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In the 1960s, Latin American literature became known worldwide as never before. Writers such as Jorge Luis Borges, Gabriel García Márquez, Mario Vargas Llosa, Carlos Fuentes, Pablo Neruda, Octavio Paz, and Mario Vargas Llosa all became part of the general culture of educated readers of English, French, German, and Italian. But few know about the literary tradition from which these writers emerged. Modern Latin American Literature: A Very Short Introduction remedies this situation, providing an overview of Latin American literature from the late eighteenth century to the present. Roberto González Echevarría covers a wide range of topics, large and small, highlighting how Latin American literature became conscious of its continental scope and international reach in moments of political crisis, such as independence from Spain, the Spanish-American War, and the Mexican and Cuban revolutions. Within this narrative, the author discusses the major writers of Latin American literature, from Andrés Bello and José María Heredia through Borges and García Márquez to Fernando Vallejo and Roberto Bolaño.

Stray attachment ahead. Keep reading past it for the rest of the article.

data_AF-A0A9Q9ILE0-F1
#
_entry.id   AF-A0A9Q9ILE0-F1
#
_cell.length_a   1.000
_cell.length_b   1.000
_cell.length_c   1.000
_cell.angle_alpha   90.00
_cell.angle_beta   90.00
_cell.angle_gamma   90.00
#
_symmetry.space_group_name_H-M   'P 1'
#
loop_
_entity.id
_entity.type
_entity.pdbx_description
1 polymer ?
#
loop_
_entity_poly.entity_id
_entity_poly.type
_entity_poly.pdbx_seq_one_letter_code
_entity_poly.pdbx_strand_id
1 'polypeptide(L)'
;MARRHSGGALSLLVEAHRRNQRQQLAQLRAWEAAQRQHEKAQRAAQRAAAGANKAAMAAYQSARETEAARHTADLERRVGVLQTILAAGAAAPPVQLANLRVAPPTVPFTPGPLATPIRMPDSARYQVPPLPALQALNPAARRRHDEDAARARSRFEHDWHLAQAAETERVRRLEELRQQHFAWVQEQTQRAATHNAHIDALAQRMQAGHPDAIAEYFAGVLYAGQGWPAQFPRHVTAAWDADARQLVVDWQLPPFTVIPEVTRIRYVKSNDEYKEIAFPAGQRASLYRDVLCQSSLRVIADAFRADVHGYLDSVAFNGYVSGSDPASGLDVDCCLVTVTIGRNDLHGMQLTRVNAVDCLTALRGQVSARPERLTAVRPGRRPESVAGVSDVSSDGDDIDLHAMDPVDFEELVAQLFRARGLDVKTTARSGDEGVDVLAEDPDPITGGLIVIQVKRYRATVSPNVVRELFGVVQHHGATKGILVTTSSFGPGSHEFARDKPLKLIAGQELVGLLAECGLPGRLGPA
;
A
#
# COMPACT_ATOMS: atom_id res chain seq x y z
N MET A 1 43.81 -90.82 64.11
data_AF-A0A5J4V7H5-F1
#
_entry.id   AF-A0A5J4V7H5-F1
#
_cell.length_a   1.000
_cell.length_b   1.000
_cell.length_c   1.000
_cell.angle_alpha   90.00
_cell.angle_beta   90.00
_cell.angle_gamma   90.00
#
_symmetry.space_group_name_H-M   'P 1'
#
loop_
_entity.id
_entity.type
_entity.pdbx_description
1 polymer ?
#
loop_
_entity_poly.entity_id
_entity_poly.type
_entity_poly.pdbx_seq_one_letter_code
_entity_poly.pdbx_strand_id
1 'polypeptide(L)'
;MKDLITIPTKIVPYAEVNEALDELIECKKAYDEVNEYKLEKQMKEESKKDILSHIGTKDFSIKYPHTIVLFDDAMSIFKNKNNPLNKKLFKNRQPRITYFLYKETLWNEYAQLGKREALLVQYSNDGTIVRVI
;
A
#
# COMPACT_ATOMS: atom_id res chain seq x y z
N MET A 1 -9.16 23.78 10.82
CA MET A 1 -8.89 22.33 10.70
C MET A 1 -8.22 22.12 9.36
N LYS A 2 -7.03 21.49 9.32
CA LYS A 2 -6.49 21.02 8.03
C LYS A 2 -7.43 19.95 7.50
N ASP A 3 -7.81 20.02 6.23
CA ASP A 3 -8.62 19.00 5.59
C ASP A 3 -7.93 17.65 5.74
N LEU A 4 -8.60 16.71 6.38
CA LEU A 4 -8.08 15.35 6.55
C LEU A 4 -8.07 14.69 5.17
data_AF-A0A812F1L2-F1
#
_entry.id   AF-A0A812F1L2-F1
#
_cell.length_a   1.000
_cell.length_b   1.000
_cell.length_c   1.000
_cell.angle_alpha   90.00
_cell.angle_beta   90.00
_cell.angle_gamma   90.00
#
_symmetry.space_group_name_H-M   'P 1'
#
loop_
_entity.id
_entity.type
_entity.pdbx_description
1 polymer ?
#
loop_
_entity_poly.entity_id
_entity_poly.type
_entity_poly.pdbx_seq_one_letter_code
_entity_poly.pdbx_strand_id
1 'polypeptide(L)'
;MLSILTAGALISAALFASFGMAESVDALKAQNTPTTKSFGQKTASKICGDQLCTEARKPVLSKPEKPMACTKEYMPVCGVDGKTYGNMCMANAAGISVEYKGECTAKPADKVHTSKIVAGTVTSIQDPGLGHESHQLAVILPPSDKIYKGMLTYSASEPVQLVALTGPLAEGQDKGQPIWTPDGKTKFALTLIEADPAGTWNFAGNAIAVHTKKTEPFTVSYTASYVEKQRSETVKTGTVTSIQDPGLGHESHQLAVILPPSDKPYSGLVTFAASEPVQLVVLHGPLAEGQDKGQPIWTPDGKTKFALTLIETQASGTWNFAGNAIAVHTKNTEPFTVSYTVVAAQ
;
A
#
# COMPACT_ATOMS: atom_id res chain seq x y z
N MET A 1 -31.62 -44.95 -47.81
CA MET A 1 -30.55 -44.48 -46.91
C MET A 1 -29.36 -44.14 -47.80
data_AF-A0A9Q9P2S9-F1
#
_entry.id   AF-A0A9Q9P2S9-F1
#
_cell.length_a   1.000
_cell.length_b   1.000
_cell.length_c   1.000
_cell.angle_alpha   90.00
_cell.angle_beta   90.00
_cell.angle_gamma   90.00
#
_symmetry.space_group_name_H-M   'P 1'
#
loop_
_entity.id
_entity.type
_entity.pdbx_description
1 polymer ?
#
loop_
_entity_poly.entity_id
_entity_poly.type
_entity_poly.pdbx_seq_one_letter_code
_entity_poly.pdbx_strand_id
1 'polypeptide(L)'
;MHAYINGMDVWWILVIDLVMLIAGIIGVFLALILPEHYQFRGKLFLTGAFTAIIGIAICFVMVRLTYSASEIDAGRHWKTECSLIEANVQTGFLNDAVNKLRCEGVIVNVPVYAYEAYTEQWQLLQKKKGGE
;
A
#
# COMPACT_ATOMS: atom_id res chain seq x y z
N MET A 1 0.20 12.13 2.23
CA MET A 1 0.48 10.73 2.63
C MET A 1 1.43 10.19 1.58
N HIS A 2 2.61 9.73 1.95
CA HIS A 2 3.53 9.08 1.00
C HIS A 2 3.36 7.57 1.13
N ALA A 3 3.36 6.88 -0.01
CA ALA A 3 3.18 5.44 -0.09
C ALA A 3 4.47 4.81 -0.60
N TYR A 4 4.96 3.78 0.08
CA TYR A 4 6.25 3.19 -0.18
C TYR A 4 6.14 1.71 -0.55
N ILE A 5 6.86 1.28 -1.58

About the Series: Combining authority with wit, accessibility, and style, Very Short Introductions offer an introduction to some of life's most interesting topics. Written by experts for the newcomer, they demonstrate the finest contemporary thinking about the central problems and issues in hundreds of key topics, from philosophy to Freud, quantum theory to Islam
|Publisher:||Oxford University Press|
|Series:||Very Short Introductions Series|
|Product dimensions:||4.20(w) x 6.70(h) x 0.40(d)|
About the Author
Roberto González Echevarría is the Sterling Professor of Hispanic and Comparative Literature at Yale University and the author of many books on Spanish, Latin American, and comparative literature. He was awarded the 2010 National Humanities Medal by the President of the United States.